Two posts got my attention today one pointing out the huge shift we’re about to see in consumer relationships and the other pointing out how slowly companies and agencies are reacting to those changes.
Forrester’s Jeremiah Owyang and Co. produced a study on “The Future of Social Web.” His report shows that we’re starting to see fundamental shifts in consumer behavior and he provides five steps for brands to start taking this year. That’s right, the future is already here, or it’s kicking off this year.
The other post was a survey on AdWeek that showed how advertisers and agencies still haven’t figured out how to integrate online media, due to a range of reasons, from a reluctance to move away from ingrained habits to people who still don’t get digital and don’t understand how customers use it.
It’s crazy that both of these reports are probably true. What it shows is the huge gap between consumers and brands (and the agents representing the brands). It also shows a huge opportunity for nimble organizations who get digital and social and who aren’t afraid to talk with (and not just to) its customers.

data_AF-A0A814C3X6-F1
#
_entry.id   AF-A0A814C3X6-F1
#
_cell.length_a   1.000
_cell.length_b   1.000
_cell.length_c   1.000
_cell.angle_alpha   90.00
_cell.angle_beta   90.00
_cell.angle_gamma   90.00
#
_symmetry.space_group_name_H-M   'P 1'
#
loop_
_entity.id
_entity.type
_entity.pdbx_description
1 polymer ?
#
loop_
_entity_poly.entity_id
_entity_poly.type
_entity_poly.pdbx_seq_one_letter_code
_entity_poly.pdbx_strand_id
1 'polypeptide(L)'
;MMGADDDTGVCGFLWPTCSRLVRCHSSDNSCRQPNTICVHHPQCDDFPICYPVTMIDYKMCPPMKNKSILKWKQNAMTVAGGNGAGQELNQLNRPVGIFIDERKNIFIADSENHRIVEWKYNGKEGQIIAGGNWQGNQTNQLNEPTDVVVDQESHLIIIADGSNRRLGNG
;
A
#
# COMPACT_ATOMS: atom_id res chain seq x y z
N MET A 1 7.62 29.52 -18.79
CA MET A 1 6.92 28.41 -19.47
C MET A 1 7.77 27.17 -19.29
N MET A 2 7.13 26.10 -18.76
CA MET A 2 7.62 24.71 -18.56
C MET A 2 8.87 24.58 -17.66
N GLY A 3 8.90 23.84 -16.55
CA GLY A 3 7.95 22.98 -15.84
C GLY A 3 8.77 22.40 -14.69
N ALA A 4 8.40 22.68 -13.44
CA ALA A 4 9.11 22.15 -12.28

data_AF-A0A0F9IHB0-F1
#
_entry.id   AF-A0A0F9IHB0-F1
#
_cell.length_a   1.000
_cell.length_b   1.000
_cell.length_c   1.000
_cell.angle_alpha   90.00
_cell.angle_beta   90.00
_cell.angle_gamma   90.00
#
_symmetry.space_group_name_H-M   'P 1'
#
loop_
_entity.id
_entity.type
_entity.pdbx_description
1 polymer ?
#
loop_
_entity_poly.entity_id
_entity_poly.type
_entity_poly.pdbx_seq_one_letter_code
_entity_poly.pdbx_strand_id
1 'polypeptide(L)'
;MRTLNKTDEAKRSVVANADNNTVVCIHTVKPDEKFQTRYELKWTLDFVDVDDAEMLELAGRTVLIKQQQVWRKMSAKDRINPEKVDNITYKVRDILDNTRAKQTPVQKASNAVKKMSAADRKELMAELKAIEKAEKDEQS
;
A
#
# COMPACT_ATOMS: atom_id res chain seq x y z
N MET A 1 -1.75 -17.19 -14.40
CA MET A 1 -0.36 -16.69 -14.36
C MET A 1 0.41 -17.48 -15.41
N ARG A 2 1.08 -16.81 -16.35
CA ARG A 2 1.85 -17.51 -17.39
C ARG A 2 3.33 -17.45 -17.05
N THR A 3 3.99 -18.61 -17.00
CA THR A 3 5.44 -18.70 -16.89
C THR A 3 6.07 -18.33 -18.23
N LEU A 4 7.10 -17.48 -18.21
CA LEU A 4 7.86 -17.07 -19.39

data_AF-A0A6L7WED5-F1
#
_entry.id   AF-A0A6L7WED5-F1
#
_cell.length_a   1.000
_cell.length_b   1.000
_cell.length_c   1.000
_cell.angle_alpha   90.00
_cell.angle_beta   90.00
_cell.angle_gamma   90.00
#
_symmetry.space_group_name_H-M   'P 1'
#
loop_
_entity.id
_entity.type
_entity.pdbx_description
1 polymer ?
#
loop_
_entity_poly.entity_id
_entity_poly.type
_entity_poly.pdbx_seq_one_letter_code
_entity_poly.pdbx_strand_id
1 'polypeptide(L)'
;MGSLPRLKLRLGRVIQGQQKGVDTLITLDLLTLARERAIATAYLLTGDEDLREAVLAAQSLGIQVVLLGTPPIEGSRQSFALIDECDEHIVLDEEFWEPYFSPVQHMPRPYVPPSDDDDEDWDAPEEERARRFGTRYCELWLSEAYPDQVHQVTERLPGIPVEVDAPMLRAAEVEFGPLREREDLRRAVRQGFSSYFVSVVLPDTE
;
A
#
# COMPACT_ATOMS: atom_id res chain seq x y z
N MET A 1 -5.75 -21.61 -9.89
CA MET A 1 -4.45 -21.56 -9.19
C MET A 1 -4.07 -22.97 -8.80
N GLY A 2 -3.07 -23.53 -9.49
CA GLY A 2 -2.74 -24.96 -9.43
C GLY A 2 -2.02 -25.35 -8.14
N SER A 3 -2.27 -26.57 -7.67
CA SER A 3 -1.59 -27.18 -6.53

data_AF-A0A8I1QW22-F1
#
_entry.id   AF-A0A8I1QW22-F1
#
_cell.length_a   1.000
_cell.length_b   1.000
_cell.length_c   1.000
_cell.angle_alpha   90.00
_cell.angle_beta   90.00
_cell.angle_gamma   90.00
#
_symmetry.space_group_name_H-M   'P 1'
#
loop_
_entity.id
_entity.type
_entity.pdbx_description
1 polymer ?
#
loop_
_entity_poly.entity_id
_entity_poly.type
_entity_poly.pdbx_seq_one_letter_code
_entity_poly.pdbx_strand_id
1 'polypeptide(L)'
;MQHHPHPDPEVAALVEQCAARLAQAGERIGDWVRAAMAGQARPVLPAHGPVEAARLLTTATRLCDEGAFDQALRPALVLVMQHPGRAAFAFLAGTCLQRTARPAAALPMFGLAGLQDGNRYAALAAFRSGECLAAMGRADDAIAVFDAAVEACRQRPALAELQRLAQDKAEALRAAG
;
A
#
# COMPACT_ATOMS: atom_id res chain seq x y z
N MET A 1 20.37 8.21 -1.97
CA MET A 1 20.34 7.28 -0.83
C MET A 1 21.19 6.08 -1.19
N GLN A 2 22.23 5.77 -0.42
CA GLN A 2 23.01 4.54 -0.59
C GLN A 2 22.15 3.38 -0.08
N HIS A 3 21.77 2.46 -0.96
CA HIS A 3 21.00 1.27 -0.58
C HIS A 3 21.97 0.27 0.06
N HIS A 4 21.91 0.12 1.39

Owyang’s advice isn’t new: transparency, connections, letting go. It’s the opposite of what most do these days: stick to broadcast, one-way, control. The AdWeek report might show that changing still has serious economic hindrances to overcome. Shifting to the social web and connecting with consumers doesn’t pay for media planners and ad teams. It might if you looked at them in different ways or retrained them, but that doesn’t seem to happen that often.
I like to think of this in parallel with our economy in general. I think GM is a perfect metaphor for what’s happening in marketing. Our venerated car industry is about to undergo a huge change, one that will be good for our country and our environment, but bad for our autoworkers, suppliers and corporate auto leaders. In the long run, the people on the short end of the stick will change and find other things to do, but they won’t be happy about it.
That’s what seems to be happening in our marketing world, according to these two posts. We’ll see change that will benefit consumers greatly and will cause lots of pain in old industries. How much change and how much pain remains to be seen.
It can’t happen fast enough, if you ask me.